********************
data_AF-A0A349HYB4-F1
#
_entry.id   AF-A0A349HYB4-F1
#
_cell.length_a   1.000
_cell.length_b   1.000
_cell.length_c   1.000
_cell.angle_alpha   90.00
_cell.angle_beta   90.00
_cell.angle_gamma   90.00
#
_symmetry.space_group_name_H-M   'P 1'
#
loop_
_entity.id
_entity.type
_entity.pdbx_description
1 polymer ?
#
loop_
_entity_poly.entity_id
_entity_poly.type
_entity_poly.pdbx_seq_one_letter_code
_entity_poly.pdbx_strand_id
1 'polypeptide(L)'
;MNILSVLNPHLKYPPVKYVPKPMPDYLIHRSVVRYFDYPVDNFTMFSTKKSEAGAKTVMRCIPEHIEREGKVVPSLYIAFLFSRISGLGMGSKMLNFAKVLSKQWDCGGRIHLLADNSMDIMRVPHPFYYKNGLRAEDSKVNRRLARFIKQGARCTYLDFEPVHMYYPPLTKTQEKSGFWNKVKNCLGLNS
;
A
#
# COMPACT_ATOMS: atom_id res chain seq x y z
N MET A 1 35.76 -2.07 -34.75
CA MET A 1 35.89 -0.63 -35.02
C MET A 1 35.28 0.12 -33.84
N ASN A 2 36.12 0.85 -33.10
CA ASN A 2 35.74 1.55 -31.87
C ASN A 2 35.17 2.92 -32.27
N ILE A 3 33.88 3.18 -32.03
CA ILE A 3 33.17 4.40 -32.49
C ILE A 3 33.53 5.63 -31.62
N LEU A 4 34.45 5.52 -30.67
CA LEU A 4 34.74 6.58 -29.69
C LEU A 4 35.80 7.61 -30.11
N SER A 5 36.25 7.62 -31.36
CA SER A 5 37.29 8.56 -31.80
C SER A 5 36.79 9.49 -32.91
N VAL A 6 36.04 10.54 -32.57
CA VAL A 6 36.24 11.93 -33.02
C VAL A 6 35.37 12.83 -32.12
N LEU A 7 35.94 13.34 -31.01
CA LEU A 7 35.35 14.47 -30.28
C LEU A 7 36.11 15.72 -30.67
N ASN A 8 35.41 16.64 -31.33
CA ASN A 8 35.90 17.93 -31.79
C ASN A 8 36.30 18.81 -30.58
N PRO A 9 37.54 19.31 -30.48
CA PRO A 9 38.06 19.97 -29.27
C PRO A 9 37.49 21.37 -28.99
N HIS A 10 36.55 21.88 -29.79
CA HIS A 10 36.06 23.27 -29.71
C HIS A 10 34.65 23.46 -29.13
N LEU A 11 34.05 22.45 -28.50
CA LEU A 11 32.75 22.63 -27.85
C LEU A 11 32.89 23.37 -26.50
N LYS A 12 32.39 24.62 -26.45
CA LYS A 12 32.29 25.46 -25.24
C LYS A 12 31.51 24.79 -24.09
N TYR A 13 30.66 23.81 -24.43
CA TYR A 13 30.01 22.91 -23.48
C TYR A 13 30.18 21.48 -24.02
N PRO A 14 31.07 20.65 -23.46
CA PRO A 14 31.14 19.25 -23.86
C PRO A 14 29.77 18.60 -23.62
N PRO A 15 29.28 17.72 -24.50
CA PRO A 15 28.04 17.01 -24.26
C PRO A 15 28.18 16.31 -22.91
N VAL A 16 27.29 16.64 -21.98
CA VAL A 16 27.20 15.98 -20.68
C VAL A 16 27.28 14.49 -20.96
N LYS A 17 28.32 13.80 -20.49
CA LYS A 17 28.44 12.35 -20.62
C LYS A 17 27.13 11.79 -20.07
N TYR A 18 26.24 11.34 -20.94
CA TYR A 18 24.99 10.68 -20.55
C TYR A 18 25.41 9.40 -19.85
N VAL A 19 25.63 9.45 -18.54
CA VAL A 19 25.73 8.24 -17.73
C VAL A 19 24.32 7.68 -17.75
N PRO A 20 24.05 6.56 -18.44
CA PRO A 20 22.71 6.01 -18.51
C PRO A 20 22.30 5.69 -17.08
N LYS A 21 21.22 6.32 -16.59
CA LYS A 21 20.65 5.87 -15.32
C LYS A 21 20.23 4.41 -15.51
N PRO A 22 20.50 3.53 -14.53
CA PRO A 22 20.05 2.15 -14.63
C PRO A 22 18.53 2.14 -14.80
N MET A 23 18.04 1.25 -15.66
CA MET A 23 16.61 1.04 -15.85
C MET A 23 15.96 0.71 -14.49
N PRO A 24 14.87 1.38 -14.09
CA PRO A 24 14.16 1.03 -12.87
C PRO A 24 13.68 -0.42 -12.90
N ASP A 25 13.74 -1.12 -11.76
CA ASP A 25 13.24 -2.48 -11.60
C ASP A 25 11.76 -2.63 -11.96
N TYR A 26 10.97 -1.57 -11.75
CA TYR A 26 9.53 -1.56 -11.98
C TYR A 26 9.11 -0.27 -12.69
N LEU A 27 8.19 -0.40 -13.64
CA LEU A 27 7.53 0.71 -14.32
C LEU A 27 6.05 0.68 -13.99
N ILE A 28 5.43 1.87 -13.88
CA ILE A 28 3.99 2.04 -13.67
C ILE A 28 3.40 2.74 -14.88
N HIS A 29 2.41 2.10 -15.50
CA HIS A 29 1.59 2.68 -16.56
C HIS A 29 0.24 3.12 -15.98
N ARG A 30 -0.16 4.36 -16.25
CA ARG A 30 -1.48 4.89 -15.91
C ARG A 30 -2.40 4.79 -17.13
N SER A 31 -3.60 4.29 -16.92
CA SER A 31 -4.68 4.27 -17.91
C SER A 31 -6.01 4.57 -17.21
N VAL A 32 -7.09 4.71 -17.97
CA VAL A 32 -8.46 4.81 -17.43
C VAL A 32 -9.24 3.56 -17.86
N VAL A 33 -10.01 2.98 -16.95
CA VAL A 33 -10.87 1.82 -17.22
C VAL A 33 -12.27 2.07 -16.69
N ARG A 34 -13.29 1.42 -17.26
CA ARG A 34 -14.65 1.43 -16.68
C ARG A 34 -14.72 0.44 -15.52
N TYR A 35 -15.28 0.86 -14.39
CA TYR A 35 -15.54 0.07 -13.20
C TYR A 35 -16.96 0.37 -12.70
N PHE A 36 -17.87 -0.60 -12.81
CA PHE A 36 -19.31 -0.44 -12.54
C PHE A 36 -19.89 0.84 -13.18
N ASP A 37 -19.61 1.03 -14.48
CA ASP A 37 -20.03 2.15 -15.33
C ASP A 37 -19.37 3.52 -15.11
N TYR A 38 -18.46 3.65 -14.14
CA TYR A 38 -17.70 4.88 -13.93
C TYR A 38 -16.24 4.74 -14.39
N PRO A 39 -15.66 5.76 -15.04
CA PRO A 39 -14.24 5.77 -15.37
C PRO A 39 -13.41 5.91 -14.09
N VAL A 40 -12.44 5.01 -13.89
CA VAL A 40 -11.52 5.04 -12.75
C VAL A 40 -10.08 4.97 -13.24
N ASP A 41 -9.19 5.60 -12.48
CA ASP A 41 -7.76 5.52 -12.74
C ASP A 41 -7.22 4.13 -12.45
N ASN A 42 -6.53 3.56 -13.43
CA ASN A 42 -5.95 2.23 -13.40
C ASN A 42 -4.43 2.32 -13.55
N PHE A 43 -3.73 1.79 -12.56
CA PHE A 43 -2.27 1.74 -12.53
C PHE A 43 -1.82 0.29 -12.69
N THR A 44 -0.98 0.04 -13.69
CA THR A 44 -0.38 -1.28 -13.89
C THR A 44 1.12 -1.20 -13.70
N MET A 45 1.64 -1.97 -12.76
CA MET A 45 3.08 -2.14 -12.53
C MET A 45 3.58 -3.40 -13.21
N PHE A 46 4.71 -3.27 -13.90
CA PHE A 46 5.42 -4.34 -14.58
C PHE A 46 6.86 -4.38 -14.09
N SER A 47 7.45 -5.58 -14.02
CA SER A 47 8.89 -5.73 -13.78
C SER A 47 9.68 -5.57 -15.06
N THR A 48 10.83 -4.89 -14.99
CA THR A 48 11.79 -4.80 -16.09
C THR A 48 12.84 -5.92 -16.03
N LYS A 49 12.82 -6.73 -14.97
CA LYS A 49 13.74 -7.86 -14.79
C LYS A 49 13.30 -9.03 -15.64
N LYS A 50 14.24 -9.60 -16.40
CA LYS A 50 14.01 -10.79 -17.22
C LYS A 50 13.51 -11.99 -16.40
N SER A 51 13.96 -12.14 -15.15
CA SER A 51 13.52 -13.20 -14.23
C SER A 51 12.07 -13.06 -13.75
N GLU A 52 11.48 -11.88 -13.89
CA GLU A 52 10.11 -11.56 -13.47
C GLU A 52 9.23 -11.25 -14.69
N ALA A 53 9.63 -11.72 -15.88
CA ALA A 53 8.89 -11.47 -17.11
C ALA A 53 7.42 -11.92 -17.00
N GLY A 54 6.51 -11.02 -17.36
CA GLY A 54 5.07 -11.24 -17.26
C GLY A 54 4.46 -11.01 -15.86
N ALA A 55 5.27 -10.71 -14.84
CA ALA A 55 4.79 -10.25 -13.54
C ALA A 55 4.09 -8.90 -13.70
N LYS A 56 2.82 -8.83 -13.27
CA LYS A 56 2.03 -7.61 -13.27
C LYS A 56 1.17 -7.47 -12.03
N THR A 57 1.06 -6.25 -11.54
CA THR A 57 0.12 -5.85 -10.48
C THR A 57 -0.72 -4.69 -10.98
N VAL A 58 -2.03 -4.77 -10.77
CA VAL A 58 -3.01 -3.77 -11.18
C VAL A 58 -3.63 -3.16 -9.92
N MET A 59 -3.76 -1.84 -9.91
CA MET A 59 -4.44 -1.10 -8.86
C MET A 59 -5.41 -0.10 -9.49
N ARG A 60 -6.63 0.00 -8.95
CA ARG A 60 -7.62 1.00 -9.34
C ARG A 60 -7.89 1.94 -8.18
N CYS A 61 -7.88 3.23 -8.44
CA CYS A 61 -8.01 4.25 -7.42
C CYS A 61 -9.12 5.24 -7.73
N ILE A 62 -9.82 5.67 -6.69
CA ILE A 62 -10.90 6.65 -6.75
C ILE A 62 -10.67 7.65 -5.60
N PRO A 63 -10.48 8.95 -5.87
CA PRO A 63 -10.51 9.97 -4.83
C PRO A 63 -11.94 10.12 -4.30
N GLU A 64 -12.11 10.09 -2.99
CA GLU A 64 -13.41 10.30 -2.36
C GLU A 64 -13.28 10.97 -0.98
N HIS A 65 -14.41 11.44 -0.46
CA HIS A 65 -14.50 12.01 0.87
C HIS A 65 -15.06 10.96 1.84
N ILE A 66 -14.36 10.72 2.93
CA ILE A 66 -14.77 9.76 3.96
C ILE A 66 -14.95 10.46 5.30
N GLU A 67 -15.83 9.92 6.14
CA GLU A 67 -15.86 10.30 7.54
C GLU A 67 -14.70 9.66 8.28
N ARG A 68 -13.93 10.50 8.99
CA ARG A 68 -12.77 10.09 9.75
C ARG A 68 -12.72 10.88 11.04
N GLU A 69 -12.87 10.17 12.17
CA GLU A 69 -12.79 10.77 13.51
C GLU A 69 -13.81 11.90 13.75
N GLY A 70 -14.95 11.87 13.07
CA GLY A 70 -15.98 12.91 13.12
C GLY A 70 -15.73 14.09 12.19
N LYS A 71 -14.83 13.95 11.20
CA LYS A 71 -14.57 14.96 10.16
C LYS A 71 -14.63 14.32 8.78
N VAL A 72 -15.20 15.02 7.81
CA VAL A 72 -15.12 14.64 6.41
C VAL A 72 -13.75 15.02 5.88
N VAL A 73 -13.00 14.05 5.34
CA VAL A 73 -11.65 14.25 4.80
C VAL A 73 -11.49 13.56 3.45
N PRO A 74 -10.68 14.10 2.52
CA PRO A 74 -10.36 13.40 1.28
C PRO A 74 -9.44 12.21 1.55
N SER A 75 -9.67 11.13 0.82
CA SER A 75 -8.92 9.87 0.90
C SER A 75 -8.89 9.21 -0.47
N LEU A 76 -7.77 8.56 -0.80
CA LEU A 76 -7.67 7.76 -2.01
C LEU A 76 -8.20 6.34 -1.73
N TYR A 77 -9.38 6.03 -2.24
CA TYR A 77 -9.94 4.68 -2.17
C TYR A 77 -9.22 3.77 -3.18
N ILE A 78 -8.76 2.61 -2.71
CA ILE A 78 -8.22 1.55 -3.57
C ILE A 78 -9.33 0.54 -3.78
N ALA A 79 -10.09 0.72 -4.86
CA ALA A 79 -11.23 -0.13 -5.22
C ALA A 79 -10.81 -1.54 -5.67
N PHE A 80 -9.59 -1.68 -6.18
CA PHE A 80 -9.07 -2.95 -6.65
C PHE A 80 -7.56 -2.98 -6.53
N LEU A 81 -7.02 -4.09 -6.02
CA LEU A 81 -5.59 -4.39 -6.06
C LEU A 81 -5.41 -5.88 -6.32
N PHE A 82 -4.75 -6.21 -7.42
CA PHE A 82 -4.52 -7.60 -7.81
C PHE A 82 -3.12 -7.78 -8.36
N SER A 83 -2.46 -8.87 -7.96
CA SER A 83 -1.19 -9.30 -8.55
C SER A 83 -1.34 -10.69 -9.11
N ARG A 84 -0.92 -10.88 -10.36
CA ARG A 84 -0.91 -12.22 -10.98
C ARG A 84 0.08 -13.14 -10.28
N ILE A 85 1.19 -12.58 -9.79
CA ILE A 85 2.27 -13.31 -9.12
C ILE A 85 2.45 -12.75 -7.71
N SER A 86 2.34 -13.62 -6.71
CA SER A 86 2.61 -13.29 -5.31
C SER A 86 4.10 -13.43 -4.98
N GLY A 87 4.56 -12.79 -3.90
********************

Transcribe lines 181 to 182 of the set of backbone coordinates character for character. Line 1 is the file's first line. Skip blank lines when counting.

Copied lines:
N SER A 51 13.96 -12.14 -15.15
CA SER A 51 13.52 -13.20 -14.23